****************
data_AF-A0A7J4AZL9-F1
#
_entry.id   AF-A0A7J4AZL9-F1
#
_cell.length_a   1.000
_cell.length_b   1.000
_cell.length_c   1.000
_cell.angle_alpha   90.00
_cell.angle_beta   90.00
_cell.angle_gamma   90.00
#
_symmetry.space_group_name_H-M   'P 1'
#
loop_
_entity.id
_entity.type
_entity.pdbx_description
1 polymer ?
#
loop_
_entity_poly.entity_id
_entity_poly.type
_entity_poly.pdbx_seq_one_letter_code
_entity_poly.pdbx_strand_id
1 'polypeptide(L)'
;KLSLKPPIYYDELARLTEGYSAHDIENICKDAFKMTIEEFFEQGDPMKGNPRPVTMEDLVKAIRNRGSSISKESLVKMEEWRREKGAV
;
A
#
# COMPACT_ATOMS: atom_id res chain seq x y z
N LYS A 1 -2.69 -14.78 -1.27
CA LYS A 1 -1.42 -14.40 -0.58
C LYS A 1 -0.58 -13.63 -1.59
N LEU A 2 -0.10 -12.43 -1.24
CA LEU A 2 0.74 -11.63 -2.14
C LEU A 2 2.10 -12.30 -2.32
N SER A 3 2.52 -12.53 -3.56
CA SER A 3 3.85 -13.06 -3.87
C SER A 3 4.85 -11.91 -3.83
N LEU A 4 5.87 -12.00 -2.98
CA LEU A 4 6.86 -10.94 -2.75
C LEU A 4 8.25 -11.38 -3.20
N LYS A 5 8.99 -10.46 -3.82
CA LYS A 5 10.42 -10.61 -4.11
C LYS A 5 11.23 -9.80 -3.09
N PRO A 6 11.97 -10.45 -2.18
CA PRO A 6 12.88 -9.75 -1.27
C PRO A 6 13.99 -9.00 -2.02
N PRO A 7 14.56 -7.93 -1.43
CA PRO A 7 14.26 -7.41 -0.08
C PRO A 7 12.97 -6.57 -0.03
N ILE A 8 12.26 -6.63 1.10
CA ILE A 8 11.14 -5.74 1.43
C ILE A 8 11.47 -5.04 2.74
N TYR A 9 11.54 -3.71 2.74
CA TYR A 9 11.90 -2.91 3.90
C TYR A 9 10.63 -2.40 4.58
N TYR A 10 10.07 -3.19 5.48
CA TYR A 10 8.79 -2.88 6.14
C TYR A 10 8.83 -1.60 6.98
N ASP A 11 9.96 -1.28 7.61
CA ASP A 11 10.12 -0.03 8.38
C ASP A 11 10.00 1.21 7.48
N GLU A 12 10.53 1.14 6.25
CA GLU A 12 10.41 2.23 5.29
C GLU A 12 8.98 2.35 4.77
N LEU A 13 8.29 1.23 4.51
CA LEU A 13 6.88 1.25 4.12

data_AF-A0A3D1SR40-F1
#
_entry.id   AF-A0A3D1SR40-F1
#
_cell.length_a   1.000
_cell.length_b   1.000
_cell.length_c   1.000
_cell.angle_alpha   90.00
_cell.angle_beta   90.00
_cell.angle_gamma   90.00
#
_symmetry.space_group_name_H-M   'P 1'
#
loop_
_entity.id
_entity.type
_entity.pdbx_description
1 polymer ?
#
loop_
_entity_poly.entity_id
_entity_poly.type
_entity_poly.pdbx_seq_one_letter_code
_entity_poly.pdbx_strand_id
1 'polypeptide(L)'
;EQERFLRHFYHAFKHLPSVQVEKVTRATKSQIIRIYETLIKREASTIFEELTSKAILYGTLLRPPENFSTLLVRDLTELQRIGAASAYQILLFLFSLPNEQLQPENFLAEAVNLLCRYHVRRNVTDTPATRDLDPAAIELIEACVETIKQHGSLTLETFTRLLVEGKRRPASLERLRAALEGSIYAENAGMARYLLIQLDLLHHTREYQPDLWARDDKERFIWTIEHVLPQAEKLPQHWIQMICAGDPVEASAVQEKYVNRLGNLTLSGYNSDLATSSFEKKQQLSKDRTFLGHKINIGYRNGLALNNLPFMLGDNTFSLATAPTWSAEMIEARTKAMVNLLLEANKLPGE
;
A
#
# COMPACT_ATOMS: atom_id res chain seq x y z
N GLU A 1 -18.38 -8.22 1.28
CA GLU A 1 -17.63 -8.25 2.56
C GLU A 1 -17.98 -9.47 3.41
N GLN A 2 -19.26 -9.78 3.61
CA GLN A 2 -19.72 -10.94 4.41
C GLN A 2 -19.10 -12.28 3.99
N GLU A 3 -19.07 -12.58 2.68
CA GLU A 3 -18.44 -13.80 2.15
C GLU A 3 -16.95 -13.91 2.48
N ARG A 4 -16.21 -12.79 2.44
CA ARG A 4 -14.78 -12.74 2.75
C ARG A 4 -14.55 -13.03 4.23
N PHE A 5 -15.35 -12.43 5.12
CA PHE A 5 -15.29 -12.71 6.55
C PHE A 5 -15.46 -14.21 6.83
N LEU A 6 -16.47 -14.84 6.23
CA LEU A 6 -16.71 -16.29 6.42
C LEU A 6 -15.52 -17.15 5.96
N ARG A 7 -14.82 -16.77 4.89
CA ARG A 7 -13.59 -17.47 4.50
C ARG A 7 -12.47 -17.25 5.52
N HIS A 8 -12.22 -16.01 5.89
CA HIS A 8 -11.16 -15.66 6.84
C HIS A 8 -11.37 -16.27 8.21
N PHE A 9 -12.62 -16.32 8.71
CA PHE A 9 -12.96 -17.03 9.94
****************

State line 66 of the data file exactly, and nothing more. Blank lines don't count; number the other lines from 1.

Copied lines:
C GLU A 12 8.98 2.35 4.77